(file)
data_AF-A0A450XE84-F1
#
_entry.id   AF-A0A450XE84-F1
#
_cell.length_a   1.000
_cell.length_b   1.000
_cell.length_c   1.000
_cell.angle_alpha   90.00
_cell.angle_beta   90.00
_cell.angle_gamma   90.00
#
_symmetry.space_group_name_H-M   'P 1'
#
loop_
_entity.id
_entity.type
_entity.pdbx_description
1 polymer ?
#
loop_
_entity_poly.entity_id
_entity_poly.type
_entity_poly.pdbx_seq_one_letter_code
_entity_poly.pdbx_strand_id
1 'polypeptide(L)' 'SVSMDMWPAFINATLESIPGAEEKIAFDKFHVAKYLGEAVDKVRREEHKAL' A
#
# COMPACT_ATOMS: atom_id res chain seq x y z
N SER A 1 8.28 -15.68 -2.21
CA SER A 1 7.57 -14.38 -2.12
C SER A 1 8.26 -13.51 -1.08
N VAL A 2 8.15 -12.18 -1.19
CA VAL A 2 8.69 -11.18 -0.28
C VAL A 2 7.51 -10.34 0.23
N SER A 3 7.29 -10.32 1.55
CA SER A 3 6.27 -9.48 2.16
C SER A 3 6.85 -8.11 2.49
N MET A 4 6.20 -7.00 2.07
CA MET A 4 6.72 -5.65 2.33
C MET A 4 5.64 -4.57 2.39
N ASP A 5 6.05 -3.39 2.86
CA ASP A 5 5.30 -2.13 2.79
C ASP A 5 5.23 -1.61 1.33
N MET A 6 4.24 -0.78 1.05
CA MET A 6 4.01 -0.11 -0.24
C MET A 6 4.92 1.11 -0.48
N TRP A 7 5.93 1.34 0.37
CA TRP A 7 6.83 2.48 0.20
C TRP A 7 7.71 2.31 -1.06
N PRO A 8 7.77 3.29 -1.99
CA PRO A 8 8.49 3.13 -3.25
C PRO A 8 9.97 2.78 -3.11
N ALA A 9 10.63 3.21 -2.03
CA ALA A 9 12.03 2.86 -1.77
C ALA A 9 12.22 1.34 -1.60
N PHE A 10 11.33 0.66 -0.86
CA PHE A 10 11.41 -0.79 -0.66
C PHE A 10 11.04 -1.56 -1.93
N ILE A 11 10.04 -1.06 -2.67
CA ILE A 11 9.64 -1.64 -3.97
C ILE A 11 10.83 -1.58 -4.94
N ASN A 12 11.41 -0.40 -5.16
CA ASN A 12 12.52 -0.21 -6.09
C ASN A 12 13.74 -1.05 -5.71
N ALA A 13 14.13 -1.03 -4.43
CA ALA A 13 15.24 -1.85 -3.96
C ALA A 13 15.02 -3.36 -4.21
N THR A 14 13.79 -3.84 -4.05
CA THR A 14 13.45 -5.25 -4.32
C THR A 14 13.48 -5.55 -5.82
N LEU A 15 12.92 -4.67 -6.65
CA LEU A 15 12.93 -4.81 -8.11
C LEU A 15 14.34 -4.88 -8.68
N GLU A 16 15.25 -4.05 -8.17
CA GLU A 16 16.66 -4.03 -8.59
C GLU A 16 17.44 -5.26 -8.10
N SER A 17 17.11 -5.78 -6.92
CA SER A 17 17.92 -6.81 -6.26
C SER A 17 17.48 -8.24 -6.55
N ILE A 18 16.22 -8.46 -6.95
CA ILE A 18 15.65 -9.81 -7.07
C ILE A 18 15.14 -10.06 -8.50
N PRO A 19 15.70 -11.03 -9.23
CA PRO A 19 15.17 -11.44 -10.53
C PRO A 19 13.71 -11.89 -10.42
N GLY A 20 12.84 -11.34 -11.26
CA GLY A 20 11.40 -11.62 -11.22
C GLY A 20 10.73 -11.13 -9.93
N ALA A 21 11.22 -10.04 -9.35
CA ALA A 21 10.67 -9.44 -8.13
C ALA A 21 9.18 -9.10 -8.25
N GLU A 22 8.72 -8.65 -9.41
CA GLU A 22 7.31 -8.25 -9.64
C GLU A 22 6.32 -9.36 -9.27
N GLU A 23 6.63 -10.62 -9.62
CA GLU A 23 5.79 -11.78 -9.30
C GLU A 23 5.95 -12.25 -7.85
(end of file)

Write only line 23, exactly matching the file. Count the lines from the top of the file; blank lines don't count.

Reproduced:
_entity_poly.pdbx_seq_one_letter_code